Posts Tagged ‘ideology’

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Canada is rich – and cheap

Monday, December 9th, 2019

Canada is the third-richest country in the G7 and the best in class with government finances… [On military spending or Official Development Assistance] Whether Ottawa likes or doesn’t like input or output measures, or GDP or GNI ratios… these are measures of burden sharing… That was the essence of Mr. Trump’s criticism of Canada this week at the NATO Summit.

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Posted in Governance Policy Context | No Comments »


Ontario using new law to suppress suits alleging negligent government conduct, lawyers say

Monday, December 9th, 2019

By making the government immune from lawsuits for negligence… the law sets a dangerous precedent: it harms the individual right to hold government accountable, and permits government “to circumvent the rule of law and deny access to justice.”

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Myth Busting: Drug Spending, Prices and Pharmacare

Friday, December 6th, 2019

There are many individuals who lack sufficient coverage for prescription medications… But to address those gaps, it is important to understand the real challenges to achieving the goal: the fiscal pressure of high-cost treatments for relatively few beneficiaries and a lack of coverage for a minority of Canadians.

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Reforming the Child Care Expense Deduction

Thursday, December 5th, 2019

… a substantial proportion of lower- and middle-income Canadian families are not able to fully deduct their childcare expenses… The problem is greater in Ontario, in relation to the province’s new childcare tax credit… For the CARE credit alone, raising the claim limit from two-thirds to 100 percent of the lower-income parent’s earnings would benefit about six in 10 two-parent families earning less than $50,000.

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More than a million Ontario workers do not have drug coverage. These groups are the most likely to be left out

Thursday, December 5th, 2019

“These gaps in coverage are worrisome, since prescription drugs play an essential role in preventing and treating disease and in helping us stay healthy,” the report says… highly concentrated in the retail trades, accommodation and food services industries… part-time work’s share of total employment rose from 13.5 per cent to nearly 20 per cent between 1976 and 2015… a significant portion of part-time work is low wage, without benefits, and has scheduling uncertainty which creates stress…

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Putting economic and social rights at the heart of policy-making

Wednesday, December 4th, 2019

Too many people are currently being left behind as changing social, economic, and political tides wash past them… we must help people and communities weather these changes by strengthening how we think about, and develop, public policy. We can do this by prioritizing the human rights and dignities of all Canadians. Not only civil and political rights, but economic and social rights, too.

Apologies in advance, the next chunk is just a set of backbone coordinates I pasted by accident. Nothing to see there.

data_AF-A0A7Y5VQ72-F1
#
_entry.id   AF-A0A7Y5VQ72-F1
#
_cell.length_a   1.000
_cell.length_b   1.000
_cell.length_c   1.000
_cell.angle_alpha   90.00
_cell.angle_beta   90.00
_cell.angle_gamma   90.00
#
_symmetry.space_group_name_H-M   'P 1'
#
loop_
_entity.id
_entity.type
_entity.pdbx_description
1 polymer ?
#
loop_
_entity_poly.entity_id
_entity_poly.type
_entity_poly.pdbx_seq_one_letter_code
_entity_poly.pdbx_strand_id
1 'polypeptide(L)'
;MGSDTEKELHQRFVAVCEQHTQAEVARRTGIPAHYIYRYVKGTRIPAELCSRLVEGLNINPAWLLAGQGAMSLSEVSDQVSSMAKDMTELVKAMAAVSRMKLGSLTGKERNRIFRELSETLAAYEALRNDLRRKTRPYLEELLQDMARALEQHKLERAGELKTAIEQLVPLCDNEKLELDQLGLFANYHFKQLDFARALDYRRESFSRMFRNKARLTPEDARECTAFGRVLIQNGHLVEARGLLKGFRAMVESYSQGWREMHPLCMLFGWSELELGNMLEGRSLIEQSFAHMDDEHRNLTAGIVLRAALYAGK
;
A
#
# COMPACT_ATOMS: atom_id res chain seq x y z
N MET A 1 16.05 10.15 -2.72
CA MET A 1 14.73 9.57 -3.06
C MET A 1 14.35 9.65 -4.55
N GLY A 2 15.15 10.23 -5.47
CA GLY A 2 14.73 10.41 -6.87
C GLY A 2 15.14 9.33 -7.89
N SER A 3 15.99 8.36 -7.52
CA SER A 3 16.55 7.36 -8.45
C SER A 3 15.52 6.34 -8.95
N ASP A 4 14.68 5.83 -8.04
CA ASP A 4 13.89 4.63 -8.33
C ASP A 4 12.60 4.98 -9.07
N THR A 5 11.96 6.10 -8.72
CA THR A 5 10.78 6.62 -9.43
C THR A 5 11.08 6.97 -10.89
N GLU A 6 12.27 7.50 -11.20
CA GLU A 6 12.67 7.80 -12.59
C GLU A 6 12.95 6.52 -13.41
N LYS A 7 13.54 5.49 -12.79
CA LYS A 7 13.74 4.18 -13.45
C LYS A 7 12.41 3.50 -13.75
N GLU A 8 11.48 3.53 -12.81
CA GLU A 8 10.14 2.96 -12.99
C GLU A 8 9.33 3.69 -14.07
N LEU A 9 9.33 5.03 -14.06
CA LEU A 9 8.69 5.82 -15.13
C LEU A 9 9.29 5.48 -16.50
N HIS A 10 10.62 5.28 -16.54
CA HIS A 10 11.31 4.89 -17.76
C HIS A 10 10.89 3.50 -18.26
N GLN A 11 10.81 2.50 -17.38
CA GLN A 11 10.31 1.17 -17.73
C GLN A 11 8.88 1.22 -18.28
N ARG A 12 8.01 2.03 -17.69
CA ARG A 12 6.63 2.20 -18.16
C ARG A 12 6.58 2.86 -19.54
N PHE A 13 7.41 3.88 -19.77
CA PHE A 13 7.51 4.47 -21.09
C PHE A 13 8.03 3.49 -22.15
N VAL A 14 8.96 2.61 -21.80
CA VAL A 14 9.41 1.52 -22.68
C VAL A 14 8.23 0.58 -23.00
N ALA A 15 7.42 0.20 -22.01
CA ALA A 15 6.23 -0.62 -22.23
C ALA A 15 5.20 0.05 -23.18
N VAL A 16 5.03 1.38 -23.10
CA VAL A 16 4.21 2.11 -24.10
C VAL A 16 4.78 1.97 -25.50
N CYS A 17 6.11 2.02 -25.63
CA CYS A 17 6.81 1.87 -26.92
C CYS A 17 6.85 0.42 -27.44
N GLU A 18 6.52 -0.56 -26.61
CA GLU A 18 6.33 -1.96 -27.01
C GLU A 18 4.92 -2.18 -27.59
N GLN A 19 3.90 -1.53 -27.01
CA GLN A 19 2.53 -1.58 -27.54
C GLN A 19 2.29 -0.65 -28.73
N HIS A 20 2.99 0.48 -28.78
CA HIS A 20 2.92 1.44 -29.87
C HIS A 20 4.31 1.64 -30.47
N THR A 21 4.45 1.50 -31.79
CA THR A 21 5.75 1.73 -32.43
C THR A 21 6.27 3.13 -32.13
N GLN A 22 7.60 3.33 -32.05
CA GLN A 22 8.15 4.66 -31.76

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Equitable pharmacare deal requires Trudeau to strike deal with wary premiers

Wednesday, December 4th, 2019

Every province operates some form of public drug plan for seniors and the poor. All premiers would be pleased to have Ottawa take on part of that financial burden. But they don’t want to be hosed again, as many feel they were with medicare… That’s why the premiers insist that any national pharmacare scheme must have “adequate and sustained” federal funding.

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A tricky operation: Finding a place for private health insurance in a public system

Tuesday, December 3rd, 2019

Every health insurance program in the developed world, public and private, is struggling with a daunting triple challenge: An aging population, the soaring cost of new technologies and rising consumer expectations… private sector efficiency is a myth. Private hospitals keep patients longer, order more tests, prescribe more drugs and provide a lot of low-value or no-value care. They overtreat and overcharge… private hospitals are not going to solve the woes of Canadian medicare

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Posted in Health Policy Context | 1 Comment »


About to graduate, education students question fairness of new mandatory math test

Tuesday, December 3rd, 2019

Education students across the province are campaigning against the math test for new teachers introduced by the Conservative government even while they cram to prepare for it… The test will assess both their knowledge of the math curriculum from Grades 3 to 11 and pedagogy, or the best way to teach the subject… based on “core understandings, otherwise known as big ideas, surrounding important content dimensions in mathematics.”

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Canada should enforce its own labour standards

Monday, December 2nd, 2019

Provinces like Ontario let employers avoid labour standards, such as the right to vacation pay, by pretending that their workers are self-employed, independent contractors. Provinces like Ontario have also deliberately not kept their labour laws in sync with the requirements of the new economy – one characterized by franchising, digital employment and part-time work… [They] don’t enforce the labour standards that do exist. Citing budget constraints and an aversion to red tape, they cut back workplace inspections and respond inadequately to real complaints.

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